According to a story by The Associated Press, Allen said, “if you look at everything that we represent, you’ll find that the Washington Redskins has a positive image. And much more positive this year with a winning season. Our television ratings, our fans, our Washington Redskins charitable organization and what it’s done for this community.”

One of the plaintiffs, Amanda Blackhorse of the Navajo Nation, wrote in an opinion editorial for The Huffington Post that people wouldn’t call a Native American a redskin in face-to-face conversations, “just as you would not refer to an African-American as the n-word, or refer to Jew as a ‘kike’ or a Mexican as a ‘wet-back’ or an Asian-American as a ‘gook,’ unless you’re a racist.”

This case, which was filed in 2006, is the second attempt by a Native American group to legally contest the team’s use of the term ‘Redskins.’

In 1999, the Washington Redskins were stripped of its trademark rights, but that decision was later overturned in an appeal. At the time, the board argued that the plaintiffs had waited too long to bring a case against the team.

Suzan Shown Harjo of the Cheyenne and Hodulgee Muscogee nations and one of the six plaintiffs who first sued the team in 1992, argues that the name ‘Redskins’ is nothing less than “racist.”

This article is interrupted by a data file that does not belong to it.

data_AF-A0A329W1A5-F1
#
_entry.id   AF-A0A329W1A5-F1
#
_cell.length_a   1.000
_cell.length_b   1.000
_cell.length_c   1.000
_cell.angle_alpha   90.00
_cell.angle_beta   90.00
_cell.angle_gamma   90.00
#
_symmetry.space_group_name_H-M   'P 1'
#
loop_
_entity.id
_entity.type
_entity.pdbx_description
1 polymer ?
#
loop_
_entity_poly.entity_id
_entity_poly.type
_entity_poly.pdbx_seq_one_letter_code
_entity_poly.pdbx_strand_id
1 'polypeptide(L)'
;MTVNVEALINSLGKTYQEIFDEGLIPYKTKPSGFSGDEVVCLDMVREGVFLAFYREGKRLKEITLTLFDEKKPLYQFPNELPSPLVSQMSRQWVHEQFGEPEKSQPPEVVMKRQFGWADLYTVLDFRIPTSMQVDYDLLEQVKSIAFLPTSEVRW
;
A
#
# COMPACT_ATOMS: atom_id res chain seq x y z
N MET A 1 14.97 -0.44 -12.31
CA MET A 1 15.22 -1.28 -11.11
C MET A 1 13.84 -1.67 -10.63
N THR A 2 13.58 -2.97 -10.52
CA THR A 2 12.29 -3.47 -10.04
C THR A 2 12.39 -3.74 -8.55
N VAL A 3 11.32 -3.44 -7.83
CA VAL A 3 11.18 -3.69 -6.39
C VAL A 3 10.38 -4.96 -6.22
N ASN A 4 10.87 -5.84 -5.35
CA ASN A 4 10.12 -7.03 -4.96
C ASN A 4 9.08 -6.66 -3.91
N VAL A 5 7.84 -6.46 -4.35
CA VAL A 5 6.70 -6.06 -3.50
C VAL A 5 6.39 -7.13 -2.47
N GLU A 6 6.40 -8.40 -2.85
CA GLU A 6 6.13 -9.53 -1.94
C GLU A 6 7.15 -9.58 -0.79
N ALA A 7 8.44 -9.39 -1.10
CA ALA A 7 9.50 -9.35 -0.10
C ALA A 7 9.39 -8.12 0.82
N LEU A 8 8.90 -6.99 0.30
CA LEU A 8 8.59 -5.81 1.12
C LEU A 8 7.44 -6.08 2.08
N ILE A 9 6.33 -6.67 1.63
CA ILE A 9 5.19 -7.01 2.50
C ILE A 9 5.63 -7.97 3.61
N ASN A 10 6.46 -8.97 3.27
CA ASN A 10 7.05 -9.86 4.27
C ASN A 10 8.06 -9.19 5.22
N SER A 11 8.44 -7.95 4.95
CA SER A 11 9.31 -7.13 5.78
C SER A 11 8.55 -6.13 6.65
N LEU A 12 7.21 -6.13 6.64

In a column written for The Guardian in January, Harjo posited that every major Native American organization has called for the name to change and demands that the NFL should disavow it.

“Many native people cannot bear to say or hear the r-word, while some use it, or ‘skins’, in the same way that some African-American people use the n-word, but are not OK with those of other races using it,” she wrote. “Lawyers for the team's owners cite any use of the r-word by native persons to support their contention that we are fine with it.”

Harjo went on to postulate that the team has even “spied around” on the Facebook pages of the five plaintiffs of the most recent suit to see if they’ve used the term Redskins loosely and in jest.

The debate over the team name also sparked earlier this year when Washington D.C. Mayor Vincent Gray said that if the team ever wants to relocate to D.C. from its home in Landover, Maryland, they will need to seriously entertain the idea of changing its name.

“I think it has become a lightning rod, and I would love to be able to sit down with the team … and see if a change should be made,” he said as reported by The Washington Post.